Awesome work!! Keep it up!! Believe me, I am following what you are posting.

One more thing tonight before I 'turn in' for the night.
It is so neat that Harvey suggested using a 'bundle of garden wire' as a possible soft iron core. I say that because I spent a couple hours doing exactly that...

http://i182.photobucket.com/albums/x165/Axle001/MB65.jpg
My 'mild steel' core, and a bundle of 'soft iron' wire, with a 'handle', all epoxyed together.

All for me tonight...Great Stuff...Axle
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Thu Sep 24, 2009 7:04 am PostPost subject:
Magluvin
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Very nice Ax
Also make a couple that fit good, that have fewer iron wires. Like use half of what you have now in one and a 1/4 in the other. It will be good for variability. Plus a large iron core tends to magnetically attract the mag and that attraction could be stronger than what you get from the coil. In all of my coils, adding an iron core slows the rotor and too much will even stop it. There is going to be a happy medium for this. Z's had just some nails inside, loose. One of the vids shows him open the cap and you see nails.
So make a couple with less for that variability.
Mags
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Thu Sep 24, 2009 10:30 am PostPost subject:
Harvey
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Of course just pulling the core out away from the coil will have nearly the same effect as reducing the material with the added advantage of increasing the distance from the magnet. The inductance is varied by the insertion of the core, and this can be used to tune the rotation frequency.

Great Work Guys!

Cool
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Thu Sep 24, 2009 4:35 pm PostPost subject:
Frank
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Harvey wrote:
Of course just pulling the core out away from the coil will have nearly the same effect as reducing the material with the added advantage of increasing the distance from the magnet. The inductance is varied by the insertion of the core, and this can be used to tune the rotation frequency.

Great Work Guys!

Cool


Did you mean "Lasciate ogni speranza, voi ch'entrate"? Wink
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Fri Sep 25, 2009 5:22 am PostPost subject:
Axle
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Re: Soft Iron core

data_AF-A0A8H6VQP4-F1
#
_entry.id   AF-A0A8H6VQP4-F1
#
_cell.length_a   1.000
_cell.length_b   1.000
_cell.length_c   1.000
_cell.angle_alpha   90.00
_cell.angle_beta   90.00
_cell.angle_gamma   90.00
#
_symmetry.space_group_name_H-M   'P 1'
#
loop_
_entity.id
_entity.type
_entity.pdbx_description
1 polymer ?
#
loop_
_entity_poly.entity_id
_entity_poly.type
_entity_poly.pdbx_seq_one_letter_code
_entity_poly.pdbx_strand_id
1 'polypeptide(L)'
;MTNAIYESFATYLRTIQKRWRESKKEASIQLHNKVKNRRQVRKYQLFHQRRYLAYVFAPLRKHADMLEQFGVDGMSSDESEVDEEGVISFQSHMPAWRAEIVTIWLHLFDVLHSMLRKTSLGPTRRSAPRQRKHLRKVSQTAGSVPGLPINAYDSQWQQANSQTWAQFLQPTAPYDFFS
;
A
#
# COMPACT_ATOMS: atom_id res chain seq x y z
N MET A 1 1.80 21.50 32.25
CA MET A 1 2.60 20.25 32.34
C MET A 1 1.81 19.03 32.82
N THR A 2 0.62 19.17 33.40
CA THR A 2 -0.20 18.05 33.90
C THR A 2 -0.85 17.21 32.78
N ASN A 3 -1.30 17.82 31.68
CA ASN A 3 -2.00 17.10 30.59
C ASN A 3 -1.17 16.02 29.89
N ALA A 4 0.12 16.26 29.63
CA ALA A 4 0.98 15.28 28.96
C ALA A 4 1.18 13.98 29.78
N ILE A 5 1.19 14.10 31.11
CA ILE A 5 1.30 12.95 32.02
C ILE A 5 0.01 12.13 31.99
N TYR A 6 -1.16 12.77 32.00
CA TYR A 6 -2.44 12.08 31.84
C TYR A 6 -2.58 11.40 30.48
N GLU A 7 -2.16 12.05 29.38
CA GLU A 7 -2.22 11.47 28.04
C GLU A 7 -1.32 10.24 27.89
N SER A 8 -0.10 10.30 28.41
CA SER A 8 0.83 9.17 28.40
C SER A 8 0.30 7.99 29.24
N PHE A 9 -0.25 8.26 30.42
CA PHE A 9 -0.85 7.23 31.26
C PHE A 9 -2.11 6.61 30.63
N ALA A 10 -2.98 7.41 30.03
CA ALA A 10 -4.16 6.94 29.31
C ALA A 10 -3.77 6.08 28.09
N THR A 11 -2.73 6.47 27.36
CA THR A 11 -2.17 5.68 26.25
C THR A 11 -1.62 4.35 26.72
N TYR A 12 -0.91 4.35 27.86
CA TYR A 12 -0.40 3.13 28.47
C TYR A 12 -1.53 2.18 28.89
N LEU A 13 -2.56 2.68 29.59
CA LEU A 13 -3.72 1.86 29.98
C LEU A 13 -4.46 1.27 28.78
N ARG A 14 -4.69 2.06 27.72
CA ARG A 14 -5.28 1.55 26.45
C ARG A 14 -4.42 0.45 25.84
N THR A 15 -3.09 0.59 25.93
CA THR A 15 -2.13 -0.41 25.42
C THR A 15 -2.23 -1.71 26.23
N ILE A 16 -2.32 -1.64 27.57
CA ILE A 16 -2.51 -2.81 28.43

Mags
Quote:

make a couple that fit good, that have fewer iron wires
Harvey
Quote:

pulling the core out away from the coil...this can be used to tune the rotation frequency.

I intend to do both.
Make a smaller core
[The first one I made is too big in dia. to fit inside the spool. Rolling Eyes ],
and also allow for it to be adjustable, in-and-out.
I won't have much time to work on things until Sunday afternoon.
Thanks Mags, Thanks Harvey.

All for now..Axle

Hi Frank


Last edited by Axle on Fri Sep 25, 2009 6:43 am; edited 1 time in total
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Fri Sep 25, 2009 6:20 am PostPost subject:
Frank
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Good luck Axle. I'm following your progress with interest. Smile

It must be fun to be practical. Fortunately I know my limitations. I stick to pen and paper, albeit the electronic variety.
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Sun Sep 27, 2009 11:16 am PostPost subject:
Magluvin
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Hey Axle
Here is a very cool way to get consistent coils wound. This guy makes some very nice setups.
http://www.youtube.com/watch?v=zd3bftQ4hHk

Mags
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Mon Sep 28, 2009 10:37 pm PostPost subject:
Axle
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Hi All,

Have been playing around with it.
I did not start this project with the idea of 'debunking' ZP's initial video, but am really starting to think that a battery is hidden inside ZP's coil spool.
There is no way to verify 'exactly' what is inside his spool.
http://i182.photobucket.com/albums/x165/Axle001/MB88.jpg
http://i182.photobucket.com/albums/x165/Axle001/MB64.jpg
'soft iron nails?'..or.. possibly.. 'a hidden battery'?

The only way [so far] I've been able to replicate what is shown in the initial vid..
http://www.youtube.com/watch?v=rySqz7Hgpkk

..is to power the coil with a battery. I find that a 1.5 volt AAA size battery will do.
http://s182.photobucket.com/albums/x165/Axle001/?action=view&current=MBV01.flv